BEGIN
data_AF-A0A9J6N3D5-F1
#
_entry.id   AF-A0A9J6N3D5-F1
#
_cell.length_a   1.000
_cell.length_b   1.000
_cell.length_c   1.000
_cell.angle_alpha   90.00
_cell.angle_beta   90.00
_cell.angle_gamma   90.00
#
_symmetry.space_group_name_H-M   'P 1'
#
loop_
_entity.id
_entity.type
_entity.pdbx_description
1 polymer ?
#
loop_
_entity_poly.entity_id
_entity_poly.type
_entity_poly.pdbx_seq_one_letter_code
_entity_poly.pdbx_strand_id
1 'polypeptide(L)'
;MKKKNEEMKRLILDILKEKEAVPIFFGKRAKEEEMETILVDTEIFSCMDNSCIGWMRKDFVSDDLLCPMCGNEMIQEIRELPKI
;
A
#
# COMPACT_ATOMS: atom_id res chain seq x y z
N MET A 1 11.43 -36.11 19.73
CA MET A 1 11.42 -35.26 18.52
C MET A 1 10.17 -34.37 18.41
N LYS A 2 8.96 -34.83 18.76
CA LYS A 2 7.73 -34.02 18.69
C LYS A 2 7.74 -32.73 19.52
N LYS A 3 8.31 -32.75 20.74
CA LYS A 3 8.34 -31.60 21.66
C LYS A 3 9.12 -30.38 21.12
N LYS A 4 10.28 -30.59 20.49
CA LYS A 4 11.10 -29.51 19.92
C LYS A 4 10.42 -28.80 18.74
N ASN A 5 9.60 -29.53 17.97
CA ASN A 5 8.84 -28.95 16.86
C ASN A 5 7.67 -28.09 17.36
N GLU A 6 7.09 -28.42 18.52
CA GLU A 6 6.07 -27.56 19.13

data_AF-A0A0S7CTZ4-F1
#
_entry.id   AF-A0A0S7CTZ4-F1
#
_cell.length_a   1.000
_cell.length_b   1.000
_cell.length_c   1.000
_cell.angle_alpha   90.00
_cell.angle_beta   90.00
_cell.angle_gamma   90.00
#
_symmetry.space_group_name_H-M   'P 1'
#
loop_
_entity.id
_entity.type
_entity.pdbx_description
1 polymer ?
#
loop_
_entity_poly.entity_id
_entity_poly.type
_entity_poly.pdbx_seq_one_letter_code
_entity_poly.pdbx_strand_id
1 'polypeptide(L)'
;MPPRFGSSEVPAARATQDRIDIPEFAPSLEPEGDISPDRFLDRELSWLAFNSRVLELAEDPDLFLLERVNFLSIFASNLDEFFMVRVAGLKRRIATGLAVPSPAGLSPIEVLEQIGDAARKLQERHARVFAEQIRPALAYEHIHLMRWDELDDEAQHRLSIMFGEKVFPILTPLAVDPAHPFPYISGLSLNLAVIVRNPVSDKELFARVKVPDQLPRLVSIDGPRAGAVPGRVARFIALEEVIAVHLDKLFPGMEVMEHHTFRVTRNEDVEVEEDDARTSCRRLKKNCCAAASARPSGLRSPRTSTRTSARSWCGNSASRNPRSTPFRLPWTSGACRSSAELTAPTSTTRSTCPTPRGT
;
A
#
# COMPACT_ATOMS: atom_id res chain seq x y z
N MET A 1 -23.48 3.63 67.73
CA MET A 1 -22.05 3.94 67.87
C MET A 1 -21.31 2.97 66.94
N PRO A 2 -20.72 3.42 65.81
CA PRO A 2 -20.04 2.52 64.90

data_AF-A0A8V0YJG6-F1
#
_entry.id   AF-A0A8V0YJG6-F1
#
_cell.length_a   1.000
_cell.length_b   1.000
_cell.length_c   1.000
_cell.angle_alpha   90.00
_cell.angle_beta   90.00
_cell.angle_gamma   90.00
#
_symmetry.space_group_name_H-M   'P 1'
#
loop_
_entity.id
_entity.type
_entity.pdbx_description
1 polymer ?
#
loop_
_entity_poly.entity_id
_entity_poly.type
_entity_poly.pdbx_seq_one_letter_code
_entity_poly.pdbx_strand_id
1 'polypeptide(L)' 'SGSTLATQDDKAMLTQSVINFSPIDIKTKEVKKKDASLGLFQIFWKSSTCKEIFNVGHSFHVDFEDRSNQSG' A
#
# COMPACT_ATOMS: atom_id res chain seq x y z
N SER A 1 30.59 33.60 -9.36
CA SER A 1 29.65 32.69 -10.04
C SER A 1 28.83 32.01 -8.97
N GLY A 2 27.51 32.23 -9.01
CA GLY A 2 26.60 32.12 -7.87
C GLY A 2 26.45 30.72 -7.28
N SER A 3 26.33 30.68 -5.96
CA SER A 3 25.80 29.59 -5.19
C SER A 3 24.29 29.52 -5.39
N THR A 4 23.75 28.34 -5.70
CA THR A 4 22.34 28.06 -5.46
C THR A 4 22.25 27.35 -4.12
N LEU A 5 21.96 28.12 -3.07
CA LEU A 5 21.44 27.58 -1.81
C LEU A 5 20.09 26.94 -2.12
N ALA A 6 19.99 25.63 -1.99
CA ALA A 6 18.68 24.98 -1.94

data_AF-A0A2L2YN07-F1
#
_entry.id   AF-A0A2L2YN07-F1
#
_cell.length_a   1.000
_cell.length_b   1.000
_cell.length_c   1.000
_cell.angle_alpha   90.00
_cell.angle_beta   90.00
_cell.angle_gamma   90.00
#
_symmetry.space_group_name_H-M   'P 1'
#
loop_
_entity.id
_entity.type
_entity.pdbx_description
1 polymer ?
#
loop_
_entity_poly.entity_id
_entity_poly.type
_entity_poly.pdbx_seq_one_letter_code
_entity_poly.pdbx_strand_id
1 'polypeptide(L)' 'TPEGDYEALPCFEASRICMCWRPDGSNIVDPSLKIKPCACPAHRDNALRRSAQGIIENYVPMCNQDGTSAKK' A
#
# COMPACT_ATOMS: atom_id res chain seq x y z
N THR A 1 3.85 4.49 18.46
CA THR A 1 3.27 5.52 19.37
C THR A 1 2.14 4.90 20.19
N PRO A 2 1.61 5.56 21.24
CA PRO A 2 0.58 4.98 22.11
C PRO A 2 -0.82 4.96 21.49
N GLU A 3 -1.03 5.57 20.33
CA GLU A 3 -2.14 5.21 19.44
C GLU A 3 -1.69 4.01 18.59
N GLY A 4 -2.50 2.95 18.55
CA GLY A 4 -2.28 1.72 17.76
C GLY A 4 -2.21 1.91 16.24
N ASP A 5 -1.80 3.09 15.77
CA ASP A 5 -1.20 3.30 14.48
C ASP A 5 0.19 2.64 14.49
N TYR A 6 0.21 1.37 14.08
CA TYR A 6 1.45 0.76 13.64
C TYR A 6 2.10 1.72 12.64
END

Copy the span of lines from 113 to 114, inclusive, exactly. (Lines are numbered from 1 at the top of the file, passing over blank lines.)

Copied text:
N GLY A 2 27.51 32.23 -9.01
CA GLY A 2 26.60 32.12 -7.87